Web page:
Despite JRPGs being pretty much my favourite genre, I’ve somehow never played Xenoblade before now (or any Xeno games, for that matter). That’s not for any particular reason; it’s just a series that’s always sat in the back of my mind as a “well, that’s something I should probably check out if I can ever find some time for it.” A few hours into Xenoblade Chronicles: Definitive Edition, I can finally see what I’ve been missing all these years.
I can actually pinpoint the exact moment this game really clicked, and I knew it was something special. While exploring Colony 9, the first town you find yourself in right at the beginning of the game, an NPC made a comment about being able to jump safely from any height, so long as there’s water below. Colony 9 sits on a pillar high above a big lake, and soon enough, I found myself at one of its edges, staring down at the water below. I jumped, enjoyed the rush of falling for a few moments until I safely hit the water below. Slightly disoriented, I made my way towards the nearest shore so I could start figuring out how to get back up to the town…
And then crossed paths with some strange creature of a level far higher than my own, and promptly got knocked out in a single hit when it saw me. (Fortunately, I respawned back in the town, making this deadly encounter a much more efficient way of getting where I was going anyway.)
This moment, for me, clearly demonstrated the openness at the heart of Xenoblade Chronicles. So many RPGs carefully manage your progress and ensure the foes you encounter are of a suitable level; Xenoblade Chronicles does that too, in terms where the story and sidequests take you, but it isn’t afraid to let you wander off the beaten path and run into enemies that vastly outlevel you. If you get clobbered, it’s your own fault.
Nor too does the game shy away from mixing up enemies of a wide range of strengths within the same area. It’s not unusual to be wondering through a level-appropriate dungeon and find most enemies of a similar strength to your party, but the occasional hulk mingling with them for you to either try to avoid or challenge yourself to take down. In this way, Xenoblade Chronicles establishes a world that feels much more organic and alive than your typical RPG world, where enemies aren’t strictly locked to a fine-tuned level progression for the player.
One of the things that helps make this work is relative leniency when it comes to death. The nature of Xenoblade Chronicles‘ world design means that sometimes you will die, inevitably, even if you don’t get too adventurous. Had the game made death overly punishing, that would quickly grow tedious, but dying simply sends you back to the last landmark you passed, with all the experience and items you gained along the way intact. It’s a hindrance enough to make death worth trying to avoid, but not so punishing that the threat of dying quells the desire to explore.
Indeed, the world of Xenoblade Chronicles is so fascinating that I can’t help but want to see all it has to offer, even if that means taking some risks. The landscape exists, quite literally, on the body of a giant creature called Bionis, who’s long fought an endless battle with its rival, Mechonis. Their ceaseless battle eventually leading to a stalemate, life began to grow on their frozen forms—including Shulk, the main character, and the various others who join him along the way.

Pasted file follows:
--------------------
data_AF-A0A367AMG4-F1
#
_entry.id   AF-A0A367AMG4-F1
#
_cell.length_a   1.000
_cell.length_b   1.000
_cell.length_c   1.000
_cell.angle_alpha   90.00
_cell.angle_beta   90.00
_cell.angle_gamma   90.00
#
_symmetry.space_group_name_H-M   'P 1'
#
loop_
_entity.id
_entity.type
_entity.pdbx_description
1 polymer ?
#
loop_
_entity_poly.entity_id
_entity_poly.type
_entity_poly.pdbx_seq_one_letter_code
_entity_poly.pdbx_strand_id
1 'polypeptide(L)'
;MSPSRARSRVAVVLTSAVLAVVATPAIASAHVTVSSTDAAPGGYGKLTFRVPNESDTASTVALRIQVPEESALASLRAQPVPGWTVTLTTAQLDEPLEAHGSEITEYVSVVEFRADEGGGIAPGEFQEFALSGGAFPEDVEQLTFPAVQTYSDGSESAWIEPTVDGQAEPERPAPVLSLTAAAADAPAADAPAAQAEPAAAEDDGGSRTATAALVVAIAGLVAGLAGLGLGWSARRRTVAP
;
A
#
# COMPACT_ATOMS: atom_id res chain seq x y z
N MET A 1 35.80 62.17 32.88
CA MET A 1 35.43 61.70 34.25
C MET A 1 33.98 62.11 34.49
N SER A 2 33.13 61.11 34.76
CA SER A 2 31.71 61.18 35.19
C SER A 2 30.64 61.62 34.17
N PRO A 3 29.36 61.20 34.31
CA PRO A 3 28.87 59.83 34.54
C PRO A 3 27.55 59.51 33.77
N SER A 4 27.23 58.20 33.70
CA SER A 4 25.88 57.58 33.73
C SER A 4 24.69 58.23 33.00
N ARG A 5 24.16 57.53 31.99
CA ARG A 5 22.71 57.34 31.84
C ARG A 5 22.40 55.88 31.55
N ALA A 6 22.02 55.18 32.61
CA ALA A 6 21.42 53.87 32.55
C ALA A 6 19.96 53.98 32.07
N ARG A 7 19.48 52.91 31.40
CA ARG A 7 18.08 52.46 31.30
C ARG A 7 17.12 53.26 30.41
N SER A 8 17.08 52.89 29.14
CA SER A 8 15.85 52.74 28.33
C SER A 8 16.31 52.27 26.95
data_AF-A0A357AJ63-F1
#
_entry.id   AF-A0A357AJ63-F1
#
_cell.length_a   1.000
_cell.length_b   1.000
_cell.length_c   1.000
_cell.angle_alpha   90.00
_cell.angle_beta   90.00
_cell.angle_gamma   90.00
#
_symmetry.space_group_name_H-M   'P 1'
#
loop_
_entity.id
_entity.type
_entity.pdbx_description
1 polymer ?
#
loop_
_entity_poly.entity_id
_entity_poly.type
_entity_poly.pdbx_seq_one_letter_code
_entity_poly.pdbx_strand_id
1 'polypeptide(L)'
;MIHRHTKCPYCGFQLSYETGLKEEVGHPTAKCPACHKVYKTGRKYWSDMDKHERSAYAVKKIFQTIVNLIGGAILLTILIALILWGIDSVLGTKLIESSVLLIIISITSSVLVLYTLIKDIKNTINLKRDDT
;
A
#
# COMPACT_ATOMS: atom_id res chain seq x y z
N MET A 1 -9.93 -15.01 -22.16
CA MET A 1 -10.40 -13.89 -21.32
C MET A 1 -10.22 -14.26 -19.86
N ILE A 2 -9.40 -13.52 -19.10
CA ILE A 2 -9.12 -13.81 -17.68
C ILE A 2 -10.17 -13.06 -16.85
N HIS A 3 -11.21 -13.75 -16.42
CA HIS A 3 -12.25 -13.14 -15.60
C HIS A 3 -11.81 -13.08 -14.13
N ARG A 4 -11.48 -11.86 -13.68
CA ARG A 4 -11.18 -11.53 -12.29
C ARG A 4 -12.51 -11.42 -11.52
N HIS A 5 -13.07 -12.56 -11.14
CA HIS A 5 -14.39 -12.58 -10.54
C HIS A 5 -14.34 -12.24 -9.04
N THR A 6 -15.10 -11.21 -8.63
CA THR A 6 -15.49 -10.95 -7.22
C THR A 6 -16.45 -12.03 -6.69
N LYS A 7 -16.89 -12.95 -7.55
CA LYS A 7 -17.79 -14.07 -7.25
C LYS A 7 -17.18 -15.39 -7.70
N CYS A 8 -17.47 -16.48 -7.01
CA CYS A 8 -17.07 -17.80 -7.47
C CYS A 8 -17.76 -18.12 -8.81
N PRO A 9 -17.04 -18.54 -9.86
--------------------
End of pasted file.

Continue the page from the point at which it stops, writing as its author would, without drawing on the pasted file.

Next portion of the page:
This premise makes for a world full of intriguing geography that just begs to be explored. Familiar scenes like rolling green hills and glistening lakes take on a decidedly alien feel amid Bionis’ terrain. Cliffs tower above, following the contours of the titan’s musculature, and otherworldly structures rise up from canyons below. Having not played the original, I can’t say how Xenoblade Chronicles: Definitive Edition‘s visual upgrades compare, but it looks beautiful nonetheless—it’s not pushing the technical limits of the Switch by any means, but the world really comes to life in both TV and handheld modes.
I’m also really enjoying the combat in Xenoblade Chronicles: Definitive Edition. It plays out in real time, with you able to freely move around and issue commands, but hefty cooldowns on abilities prevent you from being able to just spam attacks; instead, you have to take a tactical approach, with an almost turn-based feel.
It also puts a lot of focus on threat management to keep enemies focused on the tanks in your party, giving the whole battle system a slightly MMORPG-like twist. My only complaint is that there’s no seemingly no way to switch characters mid-fight, making you very reliant on AI that isn’t always as cooperative as cooperative as you might like. Still, I can’t wait to dig further into it, and see how the rest of the game plays around with those systems.
But most of all, I can’t wait to explore the breadth of Bionis and discover everything there is to discover. Xenoblade Chronicles: Definitive Edition gives players a beautiful world that begs to be explored, and encourages an adventurous approach that I just can’t get enough of.
Xenoblade Chronicles: Definitive Edition comes out on May 29 for Nintendo Switch.